Throughout history art has been funded by lords, popes, and other wealthy and powerful people— patrons of the arts. More recently we’ve seen galleries occasionally take on this role and governments invest in society’s cultural enrichment.
Experiments like Kickstarter and Etsy have proven that artists can raise funds for a project themselves. Artists can now appeal to their audience instead of the rich individual. When funding is spread across a group of people, the individual funder has little influence over the artist and the art, but when there is only one money person their opinion counts a great deal and can potentially compromise that project’s artistic integrity.
Technology has made it so governments don’t need to be the proxy between a community and their art anymore.
I don’t expect patrons or the NEA to go away, but I do wonder: In a world of crowd-funding and ecommerce is patronage necessary? Do we still need the state to allocate our cultural spending?
[S]eriously—is writing really all that difficult? Yes, of course, it is; I know this personally—but is it that much more difficult than other things? Is it more difficult than working in a steel mill, or raising a child alone, or commuting three hours a day to a deeply unsatisfying cubicle job, or doing laundry in a nursing home, or running a hospital ward, or being a luggage handler, or digging septic systems, or waiting tables at a delicatessen, or—for that matter—pretty much anything else that people do?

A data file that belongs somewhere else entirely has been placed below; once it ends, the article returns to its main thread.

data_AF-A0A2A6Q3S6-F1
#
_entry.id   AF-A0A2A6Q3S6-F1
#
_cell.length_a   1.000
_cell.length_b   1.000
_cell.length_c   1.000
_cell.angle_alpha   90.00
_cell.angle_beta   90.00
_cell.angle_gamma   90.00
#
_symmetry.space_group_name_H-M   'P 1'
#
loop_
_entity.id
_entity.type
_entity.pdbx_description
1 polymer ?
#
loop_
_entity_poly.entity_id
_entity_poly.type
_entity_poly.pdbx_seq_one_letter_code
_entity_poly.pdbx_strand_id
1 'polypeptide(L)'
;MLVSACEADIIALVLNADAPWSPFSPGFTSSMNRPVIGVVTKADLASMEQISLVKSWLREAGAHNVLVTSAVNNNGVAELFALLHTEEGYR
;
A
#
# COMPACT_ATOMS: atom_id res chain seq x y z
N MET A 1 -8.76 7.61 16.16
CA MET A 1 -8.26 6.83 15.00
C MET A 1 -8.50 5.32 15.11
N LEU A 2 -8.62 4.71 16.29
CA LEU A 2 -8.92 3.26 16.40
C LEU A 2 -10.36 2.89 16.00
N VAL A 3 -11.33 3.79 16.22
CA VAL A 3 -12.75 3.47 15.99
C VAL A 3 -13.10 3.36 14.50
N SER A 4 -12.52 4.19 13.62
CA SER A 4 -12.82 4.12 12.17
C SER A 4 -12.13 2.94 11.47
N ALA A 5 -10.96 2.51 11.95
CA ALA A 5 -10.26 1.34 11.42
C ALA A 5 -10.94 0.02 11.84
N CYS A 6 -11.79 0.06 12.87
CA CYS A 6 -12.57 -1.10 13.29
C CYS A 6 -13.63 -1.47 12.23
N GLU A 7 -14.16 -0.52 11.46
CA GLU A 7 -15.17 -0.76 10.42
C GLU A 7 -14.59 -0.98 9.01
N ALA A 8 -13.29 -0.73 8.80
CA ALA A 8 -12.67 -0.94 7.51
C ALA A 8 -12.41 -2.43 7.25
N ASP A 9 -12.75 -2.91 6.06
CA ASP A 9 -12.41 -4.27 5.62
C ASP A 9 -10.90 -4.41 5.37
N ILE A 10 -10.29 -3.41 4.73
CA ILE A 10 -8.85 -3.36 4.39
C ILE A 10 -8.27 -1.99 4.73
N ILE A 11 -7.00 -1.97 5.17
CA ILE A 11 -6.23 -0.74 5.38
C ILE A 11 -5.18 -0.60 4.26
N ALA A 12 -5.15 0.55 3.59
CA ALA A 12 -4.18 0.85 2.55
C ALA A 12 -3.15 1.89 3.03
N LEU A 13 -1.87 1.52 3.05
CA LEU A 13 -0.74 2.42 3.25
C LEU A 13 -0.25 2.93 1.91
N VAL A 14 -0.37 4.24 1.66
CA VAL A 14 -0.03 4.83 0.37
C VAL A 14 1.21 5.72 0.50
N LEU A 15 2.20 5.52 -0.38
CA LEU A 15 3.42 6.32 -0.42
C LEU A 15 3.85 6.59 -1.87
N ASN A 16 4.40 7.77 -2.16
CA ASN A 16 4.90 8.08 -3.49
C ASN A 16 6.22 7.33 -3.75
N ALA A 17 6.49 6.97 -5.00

Not really, right?
In fact, I’m going to go out on a limb here and share a little secret about the writing life that nobody likes to admit: Compared to almost every other occupation on earth, it’s f*cking great.[…]
To choose to be a mere writer in this tearful world, then (either for pleasure, or for a living) is a profoundly luxurious act. Because let’s keep it in perspective, writers: Our books don’t exactly feed the hungry. We ain’t saving the planet here, people.
But even more than being a luxurious act, writing is a voluntary act. Becoming a novelist, then, is not some sort of dreadful Mayan curse, or dark martyrdom that only a chosen few can withstand for the betterment of humanity. … If you’re lucky, you might be able to make a small living out of this thing. If you’re exceedingly lucky, other people might come to appreciate your gifts. If you are phenomenally lucky, you might become lionized in your own lifetime, like the great Philip Roth himself.
And if that should ever happen to you—if you should ever find yourself both successful and loved—please do try to keep in mind that you have been blessed, not blighted."
Gilbert isn’t alone: As British novelist Amelia E. Barr counseled aspiring writers in 1901, “One of the great helps to success is to be cheerful; to go to work with a full sense of life.” More than a century later, the great Ray Bradbury made it his legacy to advocate for writing with joy.
(Source: , via explore-blog)